In his report “Criteria for the admissibility of a constitutional complaint”, the Vice-President of the Constitutional Court of the Republic of Latvia, Aldis Laviņš, emphasises that, also in his country, when applying to the Constitutional Court with an individual constitutional complaint, the applicant must give arguments concerning the violation of his or her rights and must have exhausted all legal remedies. However, in Latvia, the mandatory time limit of six months is established for filing an individual constitutional complaint with the Constitutional Court.

“As the frequent ground for refusing to accept a constitutional complaint for consideration is a missed time limit, this issue is quite often discussed. On the one hand, the established time limit of six months for filing an individual constitutional complaint is considered to be proportionate and long enough for the person to prepare and submit a constitutional complaint. On the other hand, if, due to the objective circumstances beyond his or her control, a person misses a time limit, as for example, for medical reasons, a person fails to prepare a complaint in time, could the Constitutional Court nevertheless decide to accept this complaint? However, this is only an issue for discussion, because so far neither the panel nor the Constitutional Court has decided on whether it is possible to accept a complaint if the time limit has been missed, even though there are a number of such applications”, Aldis Laviņš notes. It should be noted that the Constitutional Court of the Republic of Latvia consists of seven justices. The applications are examined and decisions on instituting a case are usually adopted by a Constitutional Court panel, which is composed of three justices appointed to the panel for one year. The decision to institute a case or to refuse to institute a case is not subject to appeal.

The agenda of the conference also includes an overview of the jurisprudence of the Constitutional Courts of both countries of the last years. The report by Justice Gintaras Goda of the Constitutional Court provides an overview of cases in which a new official constitutional doctrine was formulated or which caused the greatest resonance in society.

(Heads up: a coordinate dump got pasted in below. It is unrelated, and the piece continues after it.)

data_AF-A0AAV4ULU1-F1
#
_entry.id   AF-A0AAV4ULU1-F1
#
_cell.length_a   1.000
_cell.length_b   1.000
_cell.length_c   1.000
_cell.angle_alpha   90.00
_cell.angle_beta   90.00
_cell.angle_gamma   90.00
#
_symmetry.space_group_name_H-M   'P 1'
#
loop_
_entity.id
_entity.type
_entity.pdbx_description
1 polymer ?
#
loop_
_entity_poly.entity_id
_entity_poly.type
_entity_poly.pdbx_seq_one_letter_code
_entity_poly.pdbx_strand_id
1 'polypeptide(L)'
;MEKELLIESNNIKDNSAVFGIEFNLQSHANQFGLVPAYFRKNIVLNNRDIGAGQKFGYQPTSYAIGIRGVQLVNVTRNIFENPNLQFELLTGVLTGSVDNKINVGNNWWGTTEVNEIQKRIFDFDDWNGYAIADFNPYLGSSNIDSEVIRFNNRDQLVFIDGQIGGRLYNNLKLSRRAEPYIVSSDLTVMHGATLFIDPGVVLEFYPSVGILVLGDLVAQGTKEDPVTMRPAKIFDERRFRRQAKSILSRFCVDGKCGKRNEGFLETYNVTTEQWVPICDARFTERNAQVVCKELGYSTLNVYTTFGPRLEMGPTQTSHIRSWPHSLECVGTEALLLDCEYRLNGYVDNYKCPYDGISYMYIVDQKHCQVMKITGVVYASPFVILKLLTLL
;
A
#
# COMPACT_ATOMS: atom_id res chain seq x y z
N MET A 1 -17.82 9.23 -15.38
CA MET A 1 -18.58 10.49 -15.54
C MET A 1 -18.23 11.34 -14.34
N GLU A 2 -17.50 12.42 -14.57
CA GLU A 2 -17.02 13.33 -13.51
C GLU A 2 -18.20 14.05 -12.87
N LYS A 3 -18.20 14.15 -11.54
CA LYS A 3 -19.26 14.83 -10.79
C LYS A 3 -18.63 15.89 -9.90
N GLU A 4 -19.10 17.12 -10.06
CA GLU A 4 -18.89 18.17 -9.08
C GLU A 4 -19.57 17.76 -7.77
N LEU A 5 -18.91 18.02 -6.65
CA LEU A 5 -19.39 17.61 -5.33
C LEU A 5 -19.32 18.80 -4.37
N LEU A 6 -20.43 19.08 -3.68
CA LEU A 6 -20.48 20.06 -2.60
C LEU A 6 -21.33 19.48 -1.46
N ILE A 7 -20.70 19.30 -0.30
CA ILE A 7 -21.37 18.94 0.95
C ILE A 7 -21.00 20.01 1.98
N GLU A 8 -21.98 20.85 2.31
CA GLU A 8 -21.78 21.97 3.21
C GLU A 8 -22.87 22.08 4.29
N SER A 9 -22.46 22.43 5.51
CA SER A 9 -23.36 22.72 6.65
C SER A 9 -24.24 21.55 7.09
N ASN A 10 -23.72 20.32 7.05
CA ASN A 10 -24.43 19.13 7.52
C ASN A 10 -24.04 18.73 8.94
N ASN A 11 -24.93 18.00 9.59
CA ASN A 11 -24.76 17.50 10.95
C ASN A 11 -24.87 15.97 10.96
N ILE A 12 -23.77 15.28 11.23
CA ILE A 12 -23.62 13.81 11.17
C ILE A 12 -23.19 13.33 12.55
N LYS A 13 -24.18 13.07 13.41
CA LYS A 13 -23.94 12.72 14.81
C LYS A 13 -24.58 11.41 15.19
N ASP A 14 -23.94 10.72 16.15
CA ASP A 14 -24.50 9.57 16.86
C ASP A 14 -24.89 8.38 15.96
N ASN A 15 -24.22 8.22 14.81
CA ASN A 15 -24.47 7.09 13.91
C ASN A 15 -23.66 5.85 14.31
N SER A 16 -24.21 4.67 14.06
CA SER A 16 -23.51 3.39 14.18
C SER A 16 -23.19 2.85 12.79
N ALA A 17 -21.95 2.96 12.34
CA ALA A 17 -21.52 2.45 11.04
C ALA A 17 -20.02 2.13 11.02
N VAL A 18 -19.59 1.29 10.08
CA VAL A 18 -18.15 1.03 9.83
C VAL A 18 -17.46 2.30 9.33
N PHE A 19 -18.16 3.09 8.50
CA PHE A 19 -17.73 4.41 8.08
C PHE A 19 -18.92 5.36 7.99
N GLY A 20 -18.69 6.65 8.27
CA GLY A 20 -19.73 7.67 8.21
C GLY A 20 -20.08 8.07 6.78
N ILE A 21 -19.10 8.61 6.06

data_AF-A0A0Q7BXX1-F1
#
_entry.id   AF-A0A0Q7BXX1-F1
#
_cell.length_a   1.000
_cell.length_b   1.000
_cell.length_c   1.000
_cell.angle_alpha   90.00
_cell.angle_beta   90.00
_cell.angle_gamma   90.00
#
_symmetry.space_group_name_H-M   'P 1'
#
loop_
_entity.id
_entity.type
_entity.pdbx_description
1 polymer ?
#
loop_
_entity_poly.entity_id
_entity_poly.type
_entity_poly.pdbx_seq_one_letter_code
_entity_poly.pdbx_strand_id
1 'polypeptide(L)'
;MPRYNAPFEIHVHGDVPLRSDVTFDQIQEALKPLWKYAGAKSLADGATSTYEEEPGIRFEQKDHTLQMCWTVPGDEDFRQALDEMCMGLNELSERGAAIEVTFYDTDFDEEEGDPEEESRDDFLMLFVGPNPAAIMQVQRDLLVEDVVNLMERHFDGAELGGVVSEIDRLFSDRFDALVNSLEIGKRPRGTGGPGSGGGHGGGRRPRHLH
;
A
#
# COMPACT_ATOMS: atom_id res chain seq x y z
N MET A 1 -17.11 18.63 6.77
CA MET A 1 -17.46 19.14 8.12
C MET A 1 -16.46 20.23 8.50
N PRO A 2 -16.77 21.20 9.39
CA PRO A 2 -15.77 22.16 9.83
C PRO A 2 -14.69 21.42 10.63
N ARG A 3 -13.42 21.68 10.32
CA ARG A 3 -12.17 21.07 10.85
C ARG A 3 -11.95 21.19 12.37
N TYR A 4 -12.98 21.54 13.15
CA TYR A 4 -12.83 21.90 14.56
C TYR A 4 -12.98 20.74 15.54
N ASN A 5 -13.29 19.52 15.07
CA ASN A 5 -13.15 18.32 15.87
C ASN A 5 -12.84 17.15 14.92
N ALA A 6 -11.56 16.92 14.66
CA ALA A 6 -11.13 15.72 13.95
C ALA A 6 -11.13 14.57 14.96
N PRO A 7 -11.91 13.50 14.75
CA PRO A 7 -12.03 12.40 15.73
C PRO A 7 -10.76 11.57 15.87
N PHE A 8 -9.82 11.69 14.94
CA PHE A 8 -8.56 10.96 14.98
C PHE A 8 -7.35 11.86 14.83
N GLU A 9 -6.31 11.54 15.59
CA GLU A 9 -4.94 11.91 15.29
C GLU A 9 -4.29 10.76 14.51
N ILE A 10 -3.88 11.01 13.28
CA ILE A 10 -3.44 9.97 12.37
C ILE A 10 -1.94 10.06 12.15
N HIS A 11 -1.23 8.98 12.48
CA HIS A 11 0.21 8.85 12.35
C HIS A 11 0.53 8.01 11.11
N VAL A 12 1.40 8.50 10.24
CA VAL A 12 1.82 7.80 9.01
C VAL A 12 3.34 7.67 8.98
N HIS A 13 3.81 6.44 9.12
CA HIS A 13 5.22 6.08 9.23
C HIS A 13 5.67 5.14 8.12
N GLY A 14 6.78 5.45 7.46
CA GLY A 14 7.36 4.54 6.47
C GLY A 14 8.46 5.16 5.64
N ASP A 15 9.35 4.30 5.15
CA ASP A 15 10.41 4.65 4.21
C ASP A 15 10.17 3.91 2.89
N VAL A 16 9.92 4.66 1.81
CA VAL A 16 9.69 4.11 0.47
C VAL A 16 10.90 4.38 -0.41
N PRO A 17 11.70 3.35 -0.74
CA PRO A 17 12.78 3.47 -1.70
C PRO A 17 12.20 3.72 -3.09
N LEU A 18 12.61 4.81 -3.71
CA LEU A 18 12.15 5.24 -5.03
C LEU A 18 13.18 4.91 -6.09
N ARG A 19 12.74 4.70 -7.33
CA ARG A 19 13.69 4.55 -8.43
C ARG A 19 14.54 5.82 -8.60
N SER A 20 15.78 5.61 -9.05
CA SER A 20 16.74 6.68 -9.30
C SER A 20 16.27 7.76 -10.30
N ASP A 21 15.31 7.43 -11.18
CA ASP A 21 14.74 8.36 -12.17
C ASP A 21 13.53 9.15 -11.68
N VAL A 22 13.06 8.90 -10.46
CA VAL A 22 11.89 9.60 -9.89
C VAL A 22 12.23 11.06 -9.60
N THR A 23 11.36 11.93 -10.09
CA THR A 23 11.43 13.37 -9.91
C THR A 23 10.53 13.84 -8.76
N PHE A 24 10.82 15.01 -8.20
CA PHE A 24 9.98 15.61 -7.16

In the report delivered by Justice Anita Rodiņa of the Constitutional Court of the Republic of Latvia, the general tendencies of this Court are discussed and the jurisprudence of recent years is presented. Attention is drawn to one case related to restrictions during the COVID-19 pandemic. In this case, the Constitutional Court assessed the legal norms whereby, by means of a law adopted by the Saeima of the Republic of Latvia, the organisation of gambling during the state of emergency was prohibited. The applicants disputed that, according to the effective legal regulation establishing the actions of the state during the state of emergency, such a restriction could only be imposed by the Cabinet and not by the Saeima. The Constitutional Court held that, during the state of emergency, the established special powers of the Cabinet have no impact on the powers of the Saeima to act as the legislature. The Constitutional Court declared the prohibition, during the state of emergency, on the organisation of gambling in physical locations where gambling is organised as justified; however, it recognised that the restriction on the operation of gambling in the interactive environment was disproportionate and unconstitutional.

Following the discussions in the conference hall, an official meeting of the President of the Constitutional Court of the Republic of Lithuania, Danutė Jočienė, with the President of the Constitutional Court of the Republic of Latvia, Sanita Osipova, and Vice-President Aldis Laviņš, is scheduled.

The President of the Constitutional Court of the Republic of Lithuania, Danutė Jočienė, hopes that the cooperation between both Courts will strengthen and that, in addition to the exchange of experience, the Courts will work together to achieve the best possible protection of constitutional values.